How To Protect Customers’ Health Information From Breaches

Updated on October 14, 2020

In 2020, data is more vulnerable than ever before. Even if it was a normal year, we would have more personal data online. But it is not a normal year. Because of COVID-19, we have not only spent many more hours online, but we have also started doing things online that we never otherwise would have.

In the healthcare industry, that includes appointments with doctors and other medical practitioners. In many ways, this opens up a lot of opportunities for providers and clients. However, it also opens up many more opportunities for hackers. Sessions that would have been completely confidential can now be recorded remotely, or stolen online if the provider keeps recordings.

For healthcare providers, confidentiality and trust is incredibly important. Which is why providers need to improve their security protocols in 2020. Here is what you can do.

Use a VPN

A virtual private network (VPN) is crucial for anyone’s security, but when you have access to other people’s most sensitive data, it is an absolute necessity. A VPN protects you by hiding your IP address and encrypting your data. So, potential hackers won’t know who or where you are, and wouldn’t be able to do anything with your data even if they got hold of it.

Everyone working in your offices (or from home) should be using a VPN at all times, not just when they are working. Read more on VPNPros to find out about the best VPN providers. You cannot afford to be lax in this department.

Password protocols

Unfortunately, human error – or negligence – is responsible for many breaches. One of the most basic protections against intruders is the password. It is also one of the biggest vulnerabilities. And we make the same mistakes over and over again.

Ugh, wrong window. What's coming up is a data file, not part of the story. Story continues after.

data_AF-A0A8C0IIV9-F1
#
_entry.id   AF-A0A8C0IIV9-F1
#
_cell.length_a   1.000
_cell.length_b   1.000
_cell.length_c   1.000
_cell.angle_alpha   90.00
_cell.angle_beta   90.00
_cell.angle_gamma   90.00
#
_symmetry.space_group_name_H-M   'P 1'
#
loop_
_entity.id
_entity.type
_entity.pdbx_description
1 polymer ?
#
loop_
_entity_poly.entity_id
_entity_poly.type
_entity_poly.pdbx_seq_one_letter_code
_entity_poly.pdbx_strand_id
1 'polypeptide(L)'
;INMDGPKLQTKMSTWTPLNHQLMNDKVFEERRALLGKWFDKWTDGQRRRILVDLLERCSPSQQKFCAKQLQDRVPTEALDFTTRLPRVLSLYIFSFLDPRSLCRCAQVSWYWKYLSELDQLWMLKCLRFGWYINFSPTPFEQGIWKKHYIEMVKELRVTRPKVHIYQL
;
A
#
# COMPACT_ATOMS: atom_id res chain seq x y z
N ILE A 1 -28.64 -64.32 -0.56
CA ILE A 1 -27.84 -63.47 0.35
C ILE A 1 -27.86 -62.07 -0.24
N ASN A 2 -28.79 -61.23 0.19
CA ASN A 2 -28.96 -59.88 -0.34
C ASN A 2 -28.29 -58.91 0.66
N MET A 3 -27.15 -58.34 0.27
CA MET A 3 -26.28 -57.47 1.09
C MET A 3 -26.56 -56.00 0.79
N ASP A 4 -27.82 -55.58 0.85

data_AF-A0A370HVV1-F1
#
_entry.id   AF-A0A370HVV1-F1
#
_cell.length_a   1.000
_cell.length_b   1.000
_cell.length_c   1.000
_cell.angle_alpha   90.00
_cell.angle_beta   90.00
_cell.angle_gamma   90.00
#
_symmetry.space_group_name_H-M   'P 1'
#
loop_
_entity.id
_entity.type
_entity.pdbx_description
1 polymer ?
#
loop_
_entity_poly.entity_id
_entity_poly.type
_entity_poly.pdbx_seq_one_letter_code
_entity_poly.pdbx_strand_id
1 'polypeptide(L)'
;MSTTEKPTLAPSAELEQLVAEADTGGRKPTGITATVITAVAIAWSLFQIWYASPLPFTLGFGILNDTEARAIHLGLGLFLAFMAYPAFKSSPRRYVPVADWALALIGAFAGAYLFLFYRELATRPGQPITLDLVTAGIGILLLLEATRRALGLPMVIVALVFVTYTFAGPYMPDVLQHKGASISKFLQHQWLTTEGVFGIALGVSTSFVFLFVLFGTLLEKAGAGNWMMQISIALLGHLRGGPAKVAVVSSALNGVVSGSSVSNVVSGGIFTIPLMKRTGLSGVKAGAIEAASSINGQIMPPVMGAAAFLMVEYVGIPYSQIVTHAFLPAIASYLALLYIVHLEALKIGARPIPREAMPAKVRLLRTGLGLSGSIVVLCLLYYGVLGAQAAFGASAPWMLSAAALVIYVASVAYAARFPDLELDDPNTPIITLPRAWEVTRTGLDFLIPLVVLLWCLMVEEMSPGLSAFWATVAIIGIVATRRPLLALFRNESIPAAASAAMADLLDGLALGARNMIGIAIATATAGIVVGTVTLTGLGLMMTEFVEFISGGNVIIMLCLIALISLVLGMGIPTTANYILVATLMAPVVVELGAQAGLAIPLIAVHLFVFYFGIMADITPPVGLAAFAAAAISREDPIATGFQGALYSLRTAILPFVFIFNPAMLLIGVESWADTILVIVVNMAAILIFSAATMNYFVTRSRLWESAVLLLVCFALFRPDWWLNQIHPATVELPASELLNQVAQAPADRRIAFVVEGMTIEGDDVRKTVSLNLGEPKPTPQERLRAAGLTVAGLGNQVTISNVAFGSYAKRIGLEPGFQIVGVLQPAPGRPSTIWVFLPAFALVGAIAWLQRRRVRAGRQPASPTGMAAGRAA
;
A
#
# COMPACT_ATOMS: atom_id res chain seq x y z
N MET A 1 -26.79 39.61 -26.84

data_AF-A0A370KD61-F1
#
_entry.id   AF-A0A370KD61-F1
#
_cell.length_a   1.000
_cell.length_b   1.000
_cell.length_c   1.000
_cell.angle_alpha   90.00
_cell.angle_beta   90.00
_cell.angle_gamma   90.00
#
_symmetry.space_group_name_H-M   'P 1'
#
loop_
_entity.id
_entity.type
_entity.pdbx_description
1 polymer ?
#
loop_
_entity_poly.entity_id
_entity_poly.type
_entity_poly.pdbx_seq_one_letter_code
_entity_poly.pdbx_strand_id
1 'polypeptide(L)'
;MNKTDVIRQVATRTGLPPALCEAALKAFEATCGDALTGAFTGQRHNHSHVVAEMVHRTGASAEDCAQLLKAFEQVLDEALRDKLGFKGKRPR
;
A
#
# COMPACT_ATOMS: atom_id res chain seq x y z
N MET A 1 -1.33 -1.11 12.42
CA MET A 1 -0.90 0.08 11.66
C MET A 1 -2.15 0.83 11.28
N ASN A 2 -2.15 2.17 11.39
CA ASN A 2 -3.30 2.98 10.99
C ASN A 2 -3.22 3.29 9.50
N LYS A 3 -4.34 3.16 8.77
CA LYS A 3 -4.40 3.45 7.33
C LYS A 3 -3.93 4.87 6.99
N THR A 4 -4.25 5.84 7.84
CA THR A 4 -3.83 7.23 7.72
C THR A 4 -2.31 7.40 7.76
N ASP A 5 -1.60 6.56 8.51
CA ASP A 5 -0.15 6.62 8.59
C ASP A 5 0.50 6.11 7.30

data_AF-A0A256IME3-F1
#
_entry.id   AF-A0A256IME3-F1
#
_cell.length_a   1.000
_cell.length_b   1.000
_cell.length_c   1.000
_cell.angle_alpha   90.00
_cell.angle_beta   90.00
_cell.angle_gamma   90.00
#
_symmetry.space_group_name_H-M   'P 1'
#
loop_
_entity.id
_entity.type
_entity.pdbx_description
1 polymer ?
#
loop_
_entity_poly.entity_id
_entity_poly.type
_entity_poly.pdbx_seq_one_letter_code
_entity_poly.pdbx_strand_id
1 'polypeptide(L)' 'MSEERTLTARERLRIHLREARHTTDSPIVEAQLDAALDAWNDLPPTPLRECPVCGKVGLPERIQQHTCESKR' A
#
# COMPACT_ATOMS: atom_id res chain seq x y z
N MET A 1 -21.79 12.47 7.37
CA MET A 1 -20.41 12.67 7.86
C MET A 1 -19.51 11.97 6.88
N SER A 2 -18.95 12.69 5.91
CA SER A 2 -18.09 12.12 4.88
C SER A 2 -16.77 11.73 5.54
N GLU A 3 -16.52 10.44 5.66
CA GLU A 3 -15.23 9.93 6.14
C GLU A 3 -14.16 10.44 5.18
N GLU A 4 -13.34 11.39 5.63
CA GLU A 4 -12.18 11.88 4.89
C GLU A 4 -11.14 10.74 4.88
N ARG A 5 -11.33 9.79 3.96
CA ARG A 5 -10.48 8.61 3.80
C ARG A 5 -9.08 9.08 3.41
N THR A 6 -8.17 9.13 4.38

The problem is that we have been trained to follow ineffectual rules for creating “strong” passwords. The idea is that P@$$w0rd is more secure than Password. It is more secure, but not by much. The software hackers use can parse these additional characters in no time.

Furthermore, a person’s knowledge of their own passwords is, in itself, a risk. They may keep it in a note on their phone or elsewhere.

These days, there is no reason to create weak passwords. The reason is that password managers and most web browsers offer a much easier solution. They will create an impenetrable password for you and, without access to your devices, no one will be able to crack it.

The strong password is long and complex, and no human will be able to remember it. With software doing it for you, it all happens automatically. There is no room for human error.

Restrict personal emails

It is not only politicians who should avoid using personal emails at all costs. Anyone who deals with sensitive information should never use their own email addresses to communicate it. Your personal email address is just far too open to hackers and even your service provider to access.

Neither you nor anyone in your office should use a personal email address when sharing confidential information. It is unethical to do so, as it is putting your clients at risk.

The Editorial Team at Healthcare Business Today is made up of skilled healthcare writers and experts, led by our managing editor, Daniel Casciato, who has over 25 years of experience in healthcare writing. Since 1998, we have produced compelling and informative content for numerous publications, establishing ourselves as a trusted resource for health and wellness information. We offer readers access to fresh health, medicine, science, and technology developments and the latest in patient news, emphasizing how these developments affect our lives.